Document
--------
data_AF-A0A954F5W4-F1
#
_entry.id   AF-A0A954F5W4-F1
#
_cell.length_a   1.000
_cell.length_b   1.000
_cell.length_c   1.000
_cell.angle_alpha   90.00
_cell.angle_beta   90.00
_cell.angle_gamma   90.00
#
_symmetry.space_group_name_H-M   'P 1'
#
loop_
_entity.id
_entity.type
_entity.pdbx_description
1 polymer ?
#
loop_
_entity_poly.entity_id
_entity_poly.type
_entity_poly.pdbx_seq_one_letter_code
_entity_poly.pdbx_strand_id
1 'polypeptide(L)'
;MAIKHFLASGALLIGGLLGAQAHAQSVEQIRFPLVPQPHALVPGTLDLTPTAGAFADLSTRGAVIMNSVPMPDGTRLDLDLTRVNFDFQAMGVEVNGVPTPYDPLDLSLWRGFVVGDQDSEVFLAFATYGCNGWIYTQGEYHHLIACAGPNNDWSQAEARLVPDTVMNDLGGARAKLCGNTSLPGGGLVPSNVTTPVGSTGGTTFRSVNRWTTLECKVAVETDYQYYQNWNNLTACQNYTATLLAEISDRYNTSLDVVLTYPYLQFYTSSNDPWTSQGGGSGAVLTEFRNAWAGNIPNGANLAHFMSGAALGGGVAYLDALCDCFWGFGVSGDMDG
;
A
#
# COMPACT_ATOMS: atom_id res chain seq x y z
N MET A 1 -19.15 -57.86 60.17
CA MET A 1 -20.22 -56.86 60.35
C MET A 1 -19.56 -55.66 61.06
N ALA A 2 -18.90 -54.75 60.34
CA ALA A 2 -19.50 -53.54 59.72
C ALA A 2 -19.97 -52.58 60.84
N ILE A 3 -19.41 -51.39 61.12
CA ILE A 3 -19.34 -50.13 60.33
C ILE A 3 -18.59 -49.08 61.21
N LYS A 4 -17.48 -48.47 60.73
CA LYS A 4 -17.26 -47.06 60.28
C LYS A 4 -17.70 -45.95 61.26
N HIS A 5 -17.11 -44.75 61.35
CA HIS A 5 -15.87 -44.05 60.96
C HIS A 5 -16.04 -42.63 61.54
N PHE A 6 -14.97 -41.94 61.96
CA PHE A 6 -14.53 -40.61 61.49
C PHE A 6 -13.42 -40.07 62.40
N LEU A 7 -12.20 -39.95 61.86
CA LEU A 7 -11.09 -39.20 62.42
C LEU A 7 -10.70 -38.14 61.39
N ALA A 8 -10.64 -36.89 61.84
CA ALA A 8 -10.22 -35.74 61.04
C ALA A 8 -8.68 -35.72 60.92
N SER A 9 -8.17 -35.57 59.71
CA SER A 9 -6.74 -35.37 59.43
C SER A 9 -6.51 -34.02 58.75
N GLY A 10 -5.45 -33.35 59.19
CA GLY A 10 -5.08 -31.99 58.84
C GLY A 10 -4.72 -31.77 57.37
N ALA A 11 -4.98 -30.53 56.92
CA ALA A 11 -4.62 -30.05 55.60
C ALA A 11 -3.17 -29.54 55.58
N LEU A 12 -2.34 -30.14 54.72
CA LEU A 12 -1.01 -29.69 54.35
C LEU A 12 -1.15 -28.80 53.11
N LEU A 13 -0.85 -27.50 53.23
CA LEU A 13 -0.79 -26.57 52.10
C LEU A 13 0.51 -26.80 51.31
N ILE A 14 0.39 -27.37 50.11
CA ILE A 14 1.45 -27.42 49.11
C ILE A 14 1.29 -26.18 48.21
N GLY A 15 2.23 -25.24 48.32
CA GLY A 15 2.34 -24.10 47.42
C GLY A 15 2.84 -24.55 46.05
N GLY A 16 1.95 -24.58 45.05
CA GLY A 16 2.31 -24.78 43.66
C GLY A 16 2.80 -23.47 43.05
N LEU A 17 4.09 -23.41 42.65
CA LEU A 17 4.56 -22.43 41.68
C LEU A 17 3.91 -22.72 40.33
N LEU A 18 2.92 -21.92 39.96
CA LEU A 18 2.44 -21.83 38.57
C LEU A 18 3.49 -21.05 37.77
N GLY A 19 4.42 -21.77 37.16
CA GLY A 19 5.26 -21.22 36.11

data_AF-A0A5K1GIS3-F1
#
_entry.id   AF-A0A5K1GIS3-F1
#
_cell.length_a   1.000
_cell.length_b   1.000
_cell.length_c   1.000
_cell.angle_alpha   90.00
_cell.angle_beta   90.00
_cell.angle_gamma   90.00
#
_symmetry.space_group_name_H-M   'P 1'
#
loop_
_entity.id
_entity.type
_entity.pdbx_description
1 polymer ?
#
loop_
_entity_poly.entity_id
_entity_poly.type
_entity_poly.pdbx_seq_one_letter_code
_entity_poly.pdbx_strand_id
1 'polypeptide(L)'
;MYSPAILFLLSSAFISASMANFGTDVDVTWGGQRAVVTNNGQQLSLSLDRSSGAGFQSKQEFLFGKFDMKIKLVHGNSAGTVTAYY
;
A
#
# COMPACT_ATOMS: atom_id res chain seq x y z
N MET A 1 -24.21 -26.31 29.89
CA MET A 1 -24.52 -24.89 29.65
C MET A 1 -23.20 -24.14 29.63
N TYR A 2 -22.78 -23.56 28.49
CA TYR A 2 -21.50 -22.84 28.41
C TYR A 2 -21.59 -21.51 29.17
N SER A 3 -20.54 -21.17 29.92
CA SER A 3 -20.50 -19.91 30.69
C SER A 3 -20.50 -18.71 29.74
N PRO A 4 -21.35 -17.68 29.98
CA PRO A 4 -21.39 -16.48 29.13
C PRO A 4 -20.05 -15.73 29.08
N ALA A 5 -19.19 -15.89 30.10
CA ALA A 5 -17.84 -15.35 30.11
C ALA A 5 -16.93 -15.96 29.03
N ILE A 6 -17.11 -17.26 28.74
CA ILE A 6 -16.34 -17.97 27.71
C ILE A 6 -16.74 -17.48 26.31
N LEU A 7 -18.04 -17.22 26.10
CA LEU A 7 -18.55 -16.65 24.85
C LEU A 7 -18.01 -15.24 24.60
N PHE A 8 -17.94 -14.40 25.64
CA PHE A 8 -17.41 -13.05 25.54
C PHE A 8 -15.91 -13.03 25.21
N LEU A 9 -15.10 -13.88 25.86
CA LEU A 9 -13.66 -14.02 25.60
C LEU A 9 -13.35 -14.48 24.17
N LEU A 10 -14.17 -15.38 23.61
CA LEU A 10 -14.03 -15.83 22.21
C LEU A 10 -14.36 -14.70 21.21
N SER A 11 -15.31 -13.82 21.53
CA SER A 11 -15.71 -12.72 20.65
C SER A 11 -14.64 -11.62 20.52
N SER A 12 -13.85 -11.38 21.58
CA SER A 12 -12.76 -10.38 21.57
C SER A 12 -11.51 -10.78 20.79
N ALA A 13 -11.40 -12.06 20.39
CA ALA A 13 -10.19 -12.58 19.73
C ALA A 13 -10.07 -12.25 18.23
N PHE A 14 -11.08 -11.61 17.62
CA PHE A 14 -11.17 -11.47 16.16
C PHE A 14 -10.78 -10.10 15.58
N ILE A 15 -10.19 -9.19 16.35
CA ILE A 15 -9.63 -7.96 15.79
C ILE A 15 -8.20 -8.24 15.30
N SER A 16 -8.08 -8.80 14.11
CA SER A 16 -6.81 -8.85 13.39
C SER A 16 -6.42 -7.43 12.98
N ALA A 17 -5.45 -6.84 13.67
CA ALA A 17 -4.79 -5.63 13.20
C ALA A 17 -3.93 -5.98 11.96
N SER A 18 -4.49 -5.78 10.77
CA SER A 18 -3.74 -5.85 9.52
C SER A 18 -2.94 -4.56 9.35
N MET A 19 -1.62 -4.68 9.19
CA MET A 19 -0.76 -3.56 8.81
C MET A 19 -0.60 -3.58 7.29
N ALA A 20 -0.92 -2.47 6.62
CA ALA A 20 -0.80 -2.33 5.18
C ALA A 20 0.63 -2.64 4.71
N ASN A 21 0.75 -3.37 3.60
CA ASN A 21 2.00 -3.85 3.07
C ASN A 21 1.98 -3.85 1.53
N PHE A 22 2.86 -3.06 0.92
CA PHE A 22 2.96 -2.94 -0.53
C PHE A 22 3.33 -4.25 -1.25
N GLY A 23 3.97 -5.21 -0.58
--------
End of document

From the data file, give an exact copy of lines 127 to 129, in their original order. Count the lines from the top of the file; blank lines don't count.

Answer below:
CA PRO A 4 -21.39 -16.48 29.13
C PRO A 4 -20.05 -15.73 29.08
N ALA A 5 -19.19 -15.89 30.10